Month: July 2013

Penang Street Art (Lost Kittens)




Part of the 101 Lost Kittens project by ASA (Artists for Stray Animals) in conjunction with the George Town Festival. Visit their Facebook page for more info;



George Town Heritage Festival


A billboard advertising the George Town Heritage celebrations which culminates this weekend (6 and 7 July).


The George Town Heritage Office geared up for the weekends’ festival and celebration.

Penang Food: Pasembur


Pasembur is a type of Malaysian Indian salad consisting of shredded cucumber, potatoes, beancurd, turnip, bean sprouts, prawn fritters, spicy fried crab, fried octopus or other seafoods and served with a sweet and spicy nut sauce. Pasembur can be found popularly in Penang, mostly along Gurney Drive.


Penang Food: A Kopitiam Breakfast




Most coffeeshops (or kopitiams) in Penang will be able to offer this typical breakfast set (toast with half boiled eggs, often with a cup of hot coffee) which is also popular with the locals here. There are a few coffeeshops around town famous for their toast and coffee.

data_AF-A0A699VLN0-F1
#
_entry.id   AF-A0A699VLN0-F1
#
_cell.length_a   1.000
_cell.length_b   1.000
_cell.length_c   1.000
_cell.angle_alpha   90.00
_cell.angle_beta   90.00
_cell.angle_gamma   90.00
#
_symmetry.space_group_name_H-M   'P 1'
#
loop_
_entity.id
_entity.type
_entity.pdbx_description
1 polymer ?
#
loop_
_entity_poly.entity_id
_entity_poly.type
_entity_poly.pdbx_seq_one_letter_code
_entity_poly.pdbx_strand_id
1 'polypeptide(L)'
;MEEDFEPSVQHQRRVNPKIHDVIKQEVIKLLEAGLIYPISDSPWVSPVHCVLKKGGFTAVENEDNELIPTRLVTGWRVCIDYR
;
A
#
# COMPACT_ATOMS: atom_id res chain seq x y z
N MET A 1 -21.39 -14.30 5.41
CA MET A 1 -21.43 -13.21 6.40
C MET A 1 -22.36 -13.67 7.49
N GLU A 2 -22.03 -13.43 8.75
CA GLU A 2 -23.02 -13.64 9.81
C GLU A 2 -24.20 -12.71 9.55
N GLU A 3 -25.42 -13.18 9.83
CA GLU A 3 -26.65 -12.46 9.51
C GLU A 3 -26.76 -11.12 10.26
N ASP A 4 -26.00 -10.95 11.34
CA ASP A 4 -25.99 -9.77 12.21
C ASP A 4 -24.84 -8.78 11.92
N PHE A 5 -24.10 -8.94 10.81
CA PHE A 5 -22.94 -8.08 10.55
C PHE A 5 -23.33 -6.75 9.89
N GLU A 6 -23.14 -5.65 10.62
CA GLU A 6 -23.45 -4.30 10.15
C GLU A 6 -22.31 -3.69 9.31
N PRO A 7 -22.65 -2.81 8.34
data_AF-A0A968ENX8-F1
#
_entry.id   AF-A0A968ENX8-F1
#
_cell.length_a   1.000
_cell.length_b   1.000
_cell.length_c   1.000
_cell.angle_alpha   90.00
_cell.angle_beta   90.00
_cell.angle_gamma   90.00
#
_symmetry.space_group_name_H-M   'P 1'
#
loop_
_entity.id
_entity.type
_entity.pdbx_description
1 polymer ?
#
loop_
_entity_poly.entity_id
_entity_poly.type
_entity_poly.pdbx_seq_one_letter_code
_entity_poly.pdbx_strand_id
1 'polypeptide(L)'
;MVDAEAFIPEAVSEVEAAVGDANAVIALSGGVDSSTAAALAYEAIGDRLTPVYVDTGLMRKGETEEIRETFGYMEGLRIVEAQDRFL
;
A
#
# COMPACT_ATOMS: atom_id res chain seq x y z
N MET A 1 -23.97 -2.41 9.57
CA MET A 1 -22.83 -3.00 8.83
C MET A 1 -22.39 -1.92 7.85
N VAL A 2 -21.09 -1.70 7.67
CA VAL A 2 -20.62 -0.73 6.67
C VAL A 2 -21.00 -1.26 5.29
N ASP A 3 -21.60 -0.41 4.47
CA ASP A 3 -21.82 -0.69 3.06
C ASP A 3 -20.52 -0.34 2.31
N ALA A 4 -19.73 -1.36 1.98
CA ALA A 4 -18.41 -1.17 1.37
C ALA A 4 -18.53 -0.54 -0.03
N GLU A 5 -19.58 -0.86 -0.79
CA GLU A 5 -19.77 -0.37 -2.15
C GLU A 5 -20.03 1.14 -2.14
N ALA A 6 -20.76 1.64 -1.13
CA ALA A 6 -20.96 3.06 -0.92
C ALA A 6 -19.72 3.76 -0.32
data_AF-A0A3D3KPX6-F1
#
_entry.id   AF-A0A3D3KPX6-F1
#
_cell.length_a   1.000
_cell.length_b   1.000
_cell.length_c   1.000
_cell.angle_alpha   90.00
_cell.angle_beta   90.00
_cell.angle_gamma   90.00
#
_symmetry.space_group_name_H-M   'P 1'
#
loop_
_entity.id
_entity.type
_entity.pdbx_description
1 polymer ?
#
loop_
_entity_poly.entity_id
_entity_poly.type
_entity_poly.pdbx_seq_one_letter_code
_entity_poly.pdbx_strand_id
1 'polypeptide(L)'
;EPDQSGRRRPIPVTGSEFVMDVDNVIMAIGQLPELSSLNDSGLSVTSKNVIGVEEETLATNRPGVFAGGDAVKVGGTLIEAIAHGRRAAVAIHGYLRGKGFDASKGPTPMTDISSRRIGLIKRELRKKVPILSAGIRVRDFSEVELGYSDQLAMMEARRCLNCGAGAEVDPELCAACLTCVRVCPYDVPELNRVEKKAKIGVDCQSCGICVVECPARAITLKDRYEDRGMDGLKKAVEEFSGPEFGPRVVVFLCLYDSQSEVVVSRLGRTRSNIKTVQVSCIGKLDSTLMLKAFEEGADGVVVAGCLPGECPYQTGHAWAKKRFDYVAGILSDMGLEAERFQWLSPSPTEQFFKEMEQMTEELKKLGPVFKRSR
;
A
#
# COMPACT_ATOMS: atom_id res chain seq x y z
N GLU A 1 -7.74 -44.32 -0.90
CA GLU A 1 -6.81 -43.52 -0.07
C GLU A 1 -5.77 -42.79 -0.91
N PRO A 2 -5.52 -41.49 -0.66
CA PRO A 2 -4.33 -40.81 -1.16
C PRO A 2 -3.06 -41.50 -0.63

Penang Street Art (Edelweiss Cat Mural)


This wall mural artwork can be found behind the building of Edelweiss Cafe at Armenian Street. It is part of the 101 Lost Kittens project by local artist Tang Yeok Khang along with his two friends, Natthaton Muangkliang from Thailand and Louise Low from Kuala Lumpur (known as Artists for Stray Animals).

For the art’s location, please click HERE for the map.

Penang Isle: Burmah Road Kuan Yin Temple


Located along Burmah Road, this is yet another temple dedicated for Kuan Yin or the Goddess of mercy (similarly to the one at Pitt Street) in George Town. This temple was reportedly founded in 1922 by an abbot of Kek Lok Si Temple. This temple is also crowded usually during the Nine Emperor Gods Festival, despite it not being the Nine Emperor Gods temple.


Penang Street Art (Nasi Kandar Seller)


This steel rod sculpture located at Ah Quee Street can be found on a wall of an orange restaurant. It depicts how Nasi Kandar was being sold in the old days by Indian Muslims in Penang. The word Nasi Kandar, originated in the old days of Penang when nasi (rice) sellers would balance a kandar pole on their shoulder with two huge containers of rice meals or curry dishes.


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